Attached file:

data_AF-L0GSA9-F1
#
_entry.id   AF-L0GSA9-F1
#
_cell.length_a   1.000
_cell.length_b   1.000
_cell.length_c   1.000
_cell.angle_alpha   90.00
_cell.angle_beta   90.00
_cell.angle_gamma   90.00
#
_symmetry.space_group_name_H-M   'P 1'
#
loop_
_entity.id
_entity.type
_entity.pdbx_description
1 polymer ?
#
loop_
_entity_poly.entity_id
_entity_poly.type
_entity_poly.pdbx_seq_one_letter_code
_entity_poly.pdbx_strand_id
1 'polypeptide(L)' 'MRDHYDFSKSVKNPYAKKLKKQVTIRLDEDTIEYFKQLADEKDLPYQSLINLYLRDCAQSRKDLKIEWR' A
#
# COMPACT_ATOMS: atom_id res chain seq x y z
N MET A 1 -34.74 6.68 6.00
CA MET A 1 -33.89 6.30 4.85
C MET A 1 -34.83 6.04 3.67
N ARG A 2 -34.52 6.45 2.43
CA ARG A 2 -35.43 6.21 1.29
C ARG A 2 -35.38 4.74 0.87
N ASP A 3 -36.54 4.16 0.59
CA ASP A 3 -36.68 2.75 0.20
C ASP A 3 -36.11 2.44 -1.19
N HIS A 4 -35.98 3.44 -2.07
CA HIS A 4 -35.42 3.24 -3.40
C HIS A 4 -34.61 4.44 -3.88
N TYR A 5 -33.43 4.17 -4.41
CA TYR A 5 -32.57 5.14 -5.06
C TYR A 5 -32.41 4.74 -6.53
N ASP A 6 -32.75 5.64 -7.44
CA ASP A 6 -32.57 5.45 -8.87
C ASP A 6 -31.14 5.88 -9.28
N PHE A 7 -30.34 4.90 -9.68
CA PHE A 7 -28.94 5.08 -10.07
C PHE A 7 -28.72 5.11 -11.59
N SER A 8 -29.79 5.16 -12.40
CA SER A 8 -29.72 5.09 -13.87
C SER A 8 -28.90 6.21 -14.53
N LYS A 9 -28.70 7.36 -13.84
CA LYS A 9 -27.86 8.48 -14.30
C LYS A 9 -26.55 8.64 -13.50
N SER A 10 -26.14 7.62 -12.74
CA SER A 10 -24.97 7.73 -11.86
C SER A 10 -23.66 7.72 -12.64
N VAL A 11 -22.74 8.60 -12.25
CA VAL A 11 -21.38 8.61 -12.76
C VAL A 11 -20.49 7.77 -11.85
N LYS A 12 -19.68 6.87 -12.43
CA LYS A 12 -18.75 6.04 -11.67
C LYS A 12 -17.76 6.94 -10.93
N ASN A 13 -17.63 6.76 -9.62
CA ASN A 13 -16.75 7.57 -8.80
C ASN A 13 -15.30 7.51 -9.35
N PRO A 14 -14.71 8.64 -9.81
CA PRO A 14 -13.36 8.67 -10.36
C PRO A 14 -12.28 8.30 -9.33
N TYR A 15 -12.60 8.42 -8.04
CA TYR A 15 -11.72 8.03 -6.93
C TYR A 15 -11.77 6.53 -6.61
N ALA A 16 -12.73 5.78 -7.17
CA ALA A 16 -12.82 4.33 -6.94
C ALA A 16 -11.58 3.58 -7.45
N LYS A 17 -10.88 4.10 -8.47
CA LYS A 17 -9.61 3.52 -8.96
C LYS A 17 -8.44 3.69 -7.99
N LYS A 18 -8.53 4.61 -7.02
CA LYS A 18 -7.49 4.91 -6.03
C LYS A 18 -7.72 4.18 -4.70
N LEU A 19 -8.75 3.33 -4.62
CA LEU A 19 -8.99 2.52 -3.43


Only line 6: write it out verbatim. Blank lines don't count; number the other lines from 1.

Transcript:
_cell.length_b   1.000